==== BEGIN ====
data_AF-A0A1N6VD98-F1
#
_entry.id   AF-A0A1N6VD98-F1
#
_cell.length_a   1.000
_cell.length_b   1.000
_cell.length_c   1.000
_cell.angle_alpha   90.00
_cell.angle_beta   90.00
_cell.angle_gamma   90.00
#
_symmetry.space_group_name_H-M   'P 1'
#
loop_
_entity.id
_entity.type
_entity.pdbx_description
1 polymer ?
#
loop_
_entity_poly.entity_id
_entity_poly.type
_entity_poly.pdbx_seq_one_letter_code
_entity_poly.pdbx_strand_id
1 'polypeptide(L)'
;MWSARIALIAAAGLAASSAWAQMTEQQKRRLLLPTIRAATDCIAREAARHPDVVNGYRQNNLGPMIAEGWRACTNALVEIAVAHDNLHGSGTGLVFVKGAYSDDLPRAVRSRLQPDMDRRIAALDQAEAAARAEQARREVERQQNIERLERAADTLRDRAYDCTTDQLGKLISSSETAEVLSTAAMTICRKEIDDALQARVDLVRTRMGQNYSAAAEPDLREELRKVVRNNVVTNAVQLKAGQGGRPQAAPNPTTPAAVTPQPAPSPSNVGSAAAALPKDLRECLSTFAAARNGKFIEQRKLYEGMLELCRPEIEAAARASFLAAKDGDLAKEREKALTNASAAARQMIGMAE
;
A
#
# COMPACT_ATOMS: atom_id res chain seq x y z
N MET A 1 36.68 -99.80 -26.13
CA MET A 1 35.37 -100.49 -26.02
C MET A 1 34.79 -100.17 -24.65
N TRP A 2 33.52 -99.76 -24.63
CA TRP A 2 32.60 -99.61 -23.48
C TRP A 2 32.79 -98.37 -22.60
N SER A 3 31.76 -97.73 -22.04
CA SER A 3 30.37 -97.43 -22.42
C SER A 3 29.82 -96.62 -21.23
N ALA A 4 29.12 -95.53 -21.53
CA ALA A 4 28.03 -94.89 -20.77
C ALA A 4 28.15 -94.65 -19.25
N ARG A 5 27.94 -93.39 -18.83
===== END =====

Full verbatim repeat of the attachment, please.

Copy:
data_AF-A0A1N6VD98-F1
#
_entry.id   AF-A0A1N6VD98-F1
#
_cell.length_a   1.000
_cell.length_b   1.000
_cell.length_c   1.000
_cell.angle_alpha   90.00
_cell.angle_beta   90.00
_cell.angle_gamma   90.00
#
_symmetry.space_group_name_H-M   'P 1'
#
loop_
_entity.id
_entity.type
_entity.pdbx_description
1 polymer ?
#
loop_
_entity_poly.entity_id
_entity_poly.type
_entity_poly.pdbx_seq_one_letter_code
_entity_poly.pdbx_strand_id
1 'polypeptide(L)'
;MWSARIALIAAAGLAASSAWAQMTEQQKRRLLLPTIRAATDCIAREAARHPDVVNGYRQNNLGPMIAEGWRACTNALVEIAVAHDNLHGSGTGLVFVKGAYSDDLPRAVRSRLQPDMDRRIAALDQAEAAARAEQARREVERQQNIERLERAADTLRDRAYDCTTDQLGKLISSSETAEVLSTAAMTICRKEIDDALQARVDLVRTRMGQNYSAAAEPDLREELRKVVRNNVVTNAVQLKAGQGGRPQAAPNPTTPAAVTPQPAPSPSNVGSAAAALPKDLRECLSTFAAARNGKFIEQRKLYEGMLELCRPEIEAAARASFLAAKDGDLAKEREKALTNASAAARQMIGMAE
;
A
#
# COMPACT_ATOMS: atom_id res chain seq x y z
N MET A 1 36.68 -99.80 -26.13
CA MET A 1 35.37 -100.49 -26.02
C MET A 1 34.79 -100.17 -24.65
N TRP A 2 33.52 -99.76 -24.63
CA TRP A 2 32.60 -99.61 -23.48
C TRP A 2 32.79 -98.37 -22.60
N SER A 3 31.76 -97.73 -22.04
CA SER A 3 30.37 -97.43 -22.42
C SER A 3 29.82 -96.62 -21.23
N ALA A 4 29.12 -95.53 -21.53
CA ALA A 4 28.03 -94.89 -20.77
C ALA A 4 28.15 -94.65 -19.25
N ARG A 5 27.94 -93.39 -18.83